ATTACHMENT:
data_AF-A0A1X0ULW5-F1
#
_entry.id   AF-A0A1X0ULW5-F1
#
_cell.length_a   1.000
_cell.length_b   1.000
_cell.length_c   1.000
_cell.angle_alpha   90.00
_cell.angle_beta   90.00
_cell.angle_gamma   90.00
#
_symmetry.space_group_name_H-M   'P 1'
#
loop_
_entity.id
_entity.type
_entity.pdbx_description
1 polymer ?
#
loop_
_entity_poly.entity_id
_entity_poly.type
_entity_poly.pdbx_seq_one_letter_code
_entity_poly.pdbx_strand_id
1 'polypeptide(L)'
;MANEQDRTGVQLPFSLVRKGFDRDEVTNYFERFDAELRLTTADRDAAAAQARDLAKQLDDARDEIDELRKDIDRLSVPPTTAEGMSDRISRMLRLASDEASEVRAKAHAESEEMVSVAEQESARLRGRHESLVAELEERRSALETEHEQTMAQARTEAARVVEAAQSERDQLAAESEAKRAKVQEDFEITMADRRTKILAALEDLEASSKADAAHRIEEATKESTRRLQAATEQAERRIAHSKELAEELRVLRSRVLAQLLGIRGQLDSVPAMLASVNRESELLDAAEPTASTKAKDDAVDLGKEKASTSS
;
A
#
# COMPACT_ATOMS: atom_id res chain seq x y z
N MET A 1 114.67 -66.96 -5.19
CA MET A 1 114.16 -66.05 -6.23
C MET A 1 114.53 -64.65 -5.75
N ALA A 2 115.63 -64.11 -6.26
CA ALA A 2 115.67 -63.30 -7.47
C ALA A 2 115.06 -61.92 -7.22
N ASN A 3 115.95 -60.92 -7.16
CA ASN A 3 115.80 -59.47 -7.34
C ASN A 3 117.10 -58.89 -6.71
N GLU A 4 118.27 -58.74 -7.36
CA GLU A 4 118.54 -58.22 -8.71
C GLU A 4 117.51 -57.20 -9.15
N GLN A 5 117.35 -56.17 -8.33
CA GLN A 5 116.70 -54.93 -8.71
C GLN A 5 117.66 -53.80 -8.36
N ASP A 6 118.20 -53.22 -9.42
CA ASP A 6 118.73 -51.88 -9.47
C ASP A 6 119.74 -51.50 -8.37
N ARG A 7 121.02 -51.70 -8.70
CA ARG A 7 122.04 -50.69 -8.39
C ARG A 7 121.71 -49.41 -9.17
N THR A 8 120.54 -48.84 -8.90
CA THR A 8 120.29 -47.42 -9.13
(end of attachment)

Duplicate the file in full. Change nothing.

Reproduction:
data_AF-A0A1X0ULW5-F1
#
_entry.id   AF-A0A1X0ULW5-F1
#
_cell.length_a   1.000
_cell.length_b   1.000
_cell.length_c   1.000
_cell.angle_alpha   90.00
_cell.angle_beta   90.00
_cell.angle_gamma   90.00
#
_symmetry.space_group_name_H-M   'P 1'
#
loop_
_entity.id
_entity.type
_entity.pdbx_description
1 polymer ?
#
loop_
_entity_poly.entity_id
_entity_poly.type
_entity_poly.pdbx_seq_one_letter_code
_entity_poly.pdbx_strand_id
1 'polypeptide(L)'
;MANEQDRTGVQLPFSLVRKGFDRDEVTNYFERFDAELRLTTADRDAAAAQARDLAKQLDDARDEIDELRKDIDRLSVPPTTAEGMSDRISRMLRLASDEASEVRAKAHAESEEMVSVAEQESARLRGRHESLVAELEERRSALETEHEQTMAQARTEAARVVEAAQSERDQLAAESEAKRAKVQEDFEITMADRRTKILAALEDLEASSKADAAHRIEEATKESTRRLQAATEQAERRIAHSKELAEELRVLRSRVLAQLLGIRGQLDSVPAMLASVNRESELLDAAEPTASTKAKDDAVDLGKEKASTSS
;
A
#
# COMPACT_ATOMS: atom_id res chain seq x y z
N MET A 1 114.67 -66.96 -5.19
CA MET A 1 114.16 -66.05 -6.23
C MET A 1 114.53 -64.65 -5.75
N ALA A 2 115.63 -64.11 -6.26
CA ALA A 2 115.67 -63.30 -7.47
C ALA A 2 115.06 -61.92 -7.22
N ASN A 3 115.95 -60.92 -7.16
CA ASN A 3 115.80 -59.47 -7.34
C ASN A 3 117.10 -58.89 -6.71
N GLU A 4 118.27 -58.74 -7.36
CA GLU A 4 118.54 -58.22 -8.71
C GLU A 4 117.51 -57.20 -9.15
N GLN A 5 117.35 -56.17 -8.33
CA GLN A 5 116.70 -54.93 -8.71
C GLN A 5 117.66 -53.80 -8.36
N ASP A 6 118.20 -53.22 -9.42
CA ASP A 6 118.73 -51.88 -9.47
C ASP A 6 119.74 -51.50 -8.37
N ARG A 7 121.02 -51.70 -8.70
CA ARG A 7 122.04 -50.69 -8.39
C ARG A 7 121.71 -49.41 -9.17
N THR A 8 120.54 -48.84 -8.90
CA THR A 8 120.29 -47.42 -9.13